Modelling nitrous oxide and carbon dioxide emission from soil in an incubation experiment

Elsevier Inc.
Publication Type:
Journal Article
Geoderma, 2011, 167-168 pp. 328 - 339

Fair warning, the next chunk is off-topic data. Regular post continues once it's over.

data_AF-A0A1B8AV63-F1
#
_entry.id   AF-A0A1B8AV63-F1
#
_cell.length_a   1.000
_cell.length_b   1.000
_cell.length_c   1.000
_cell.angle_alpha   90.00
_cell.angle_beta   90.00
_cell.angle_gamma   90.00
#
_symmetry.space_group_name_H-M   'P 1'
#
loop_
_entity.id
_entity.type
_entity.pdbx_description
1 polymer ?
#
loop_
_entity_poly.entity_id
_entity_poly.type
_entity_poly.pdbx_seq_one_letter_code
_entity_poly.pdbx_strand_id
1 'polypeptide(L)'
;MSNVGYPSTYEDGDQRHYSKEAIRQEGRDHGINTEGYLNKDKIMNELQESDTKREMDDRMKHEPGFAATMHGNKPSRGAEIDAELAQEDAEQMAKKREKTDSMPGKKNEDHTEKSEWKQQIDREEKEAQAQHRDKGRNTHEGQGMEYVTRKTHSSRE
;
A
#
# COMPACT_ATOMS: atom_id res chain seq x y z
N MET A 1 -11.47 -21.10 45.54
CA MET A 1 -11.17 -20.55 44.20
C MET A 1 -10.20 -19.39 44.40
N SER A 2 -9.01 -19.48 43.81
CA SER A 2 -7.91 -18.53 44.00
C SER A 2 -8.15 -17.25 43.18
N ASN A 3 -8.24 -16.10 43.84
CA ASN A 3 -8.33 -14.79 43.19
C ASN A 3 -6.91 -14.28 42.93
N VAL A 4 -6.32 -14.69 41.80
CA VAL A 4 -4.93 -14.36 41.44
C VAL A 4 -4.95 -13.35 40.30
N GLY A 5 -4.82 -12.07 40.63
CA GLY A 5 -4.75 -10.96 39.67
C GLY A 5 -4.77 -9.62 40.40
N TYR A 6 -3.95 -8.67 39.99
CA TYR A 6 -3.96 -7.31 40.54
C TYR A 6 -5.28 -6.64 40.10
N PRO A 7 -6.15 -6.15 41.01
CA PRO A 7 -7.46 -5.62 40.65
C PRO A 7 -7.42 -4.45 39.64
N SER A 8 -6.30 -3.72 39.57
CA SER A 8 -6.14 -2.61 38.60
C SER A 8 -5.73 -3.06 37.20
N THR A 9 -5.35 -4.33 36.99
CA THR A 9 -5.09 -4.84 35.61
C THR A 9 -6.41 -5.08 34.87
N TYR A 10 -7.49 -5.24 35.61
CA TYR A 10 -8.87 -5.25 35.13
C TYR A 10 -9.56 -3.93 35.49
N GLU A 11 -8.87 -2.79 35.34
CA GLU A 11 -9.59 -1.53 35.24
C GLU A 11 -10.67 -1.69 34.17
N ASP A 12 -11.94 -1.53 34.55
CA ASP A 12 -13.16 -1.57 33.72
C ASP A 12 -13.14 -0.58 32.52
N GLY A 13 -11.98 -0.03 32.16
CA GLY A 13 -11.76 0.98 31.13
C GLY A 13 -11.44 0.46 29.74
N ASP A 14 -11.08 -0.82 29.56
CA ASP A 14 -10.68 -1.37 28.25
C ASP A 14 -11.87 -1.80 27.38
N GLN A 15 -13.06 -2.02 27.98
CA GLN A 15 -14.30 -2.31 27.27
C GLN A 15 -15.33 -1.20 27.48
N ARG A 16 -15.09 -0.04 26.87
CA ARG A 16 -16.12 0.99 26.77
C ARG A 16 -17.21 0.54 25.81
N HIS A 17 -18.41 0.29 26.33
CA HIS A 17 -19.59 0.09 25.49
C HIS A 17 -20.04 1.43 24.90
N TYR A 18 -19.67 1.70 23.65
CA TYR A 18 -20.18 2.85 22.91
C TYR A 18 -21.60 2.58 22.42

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Nitrous oxide (N2O), one of the primary green house gases (GHG), is an important contributor to the radiative forcing and chemistry of the atmosphere. Nitrous oxide emissions from soil are mainly due to denitrification. In this paper, we test sub-modules in the APSIM and DAYCENT models to simulate denitrification. The models were tested by comparison of predicted and measured N2O emission from an incubation experiment using 8.2 L soil cores. The N gas sub-modules in DAYCENT were based on the leaky pipe metaphor, that is, total N gas emissions are proportional to N cycling and gas diffusivity in the soil determines the relative amounts of N gas species emitted. The same approach was added to APSIM to enable simulation of N2O emission. The soil monoliths were irrigated three times during a two-week period and set on tension tables to control the suction at the base of each core. The results show that APSIM underestimates denitrification, whereas DAYCENT better predicted N2O emission from denitrification. In contrast, predictions of CO2 emissions were better from APSIM than DAYCENT. Modification to the temperature response for denitrification in APSIM improved the simulation significantly. The use of multiple soil layers in the simulations improved predictions, especially at low soil moisture content. Under these conditions, the layered approach better captures the impact of soil moisture distribution. Reducing the time step to hourly improve the prediction of N2O peaks and the daily total emissions, but there were still temporal mismatches between simulated and observed values. The denitrification algorithms in DAYCENT, combined with APSIM simulated CO2, together with an hourly time step and a layered approach, produced the best results. These results highlight the need for improvement to the APSIM denitrification sub-model.
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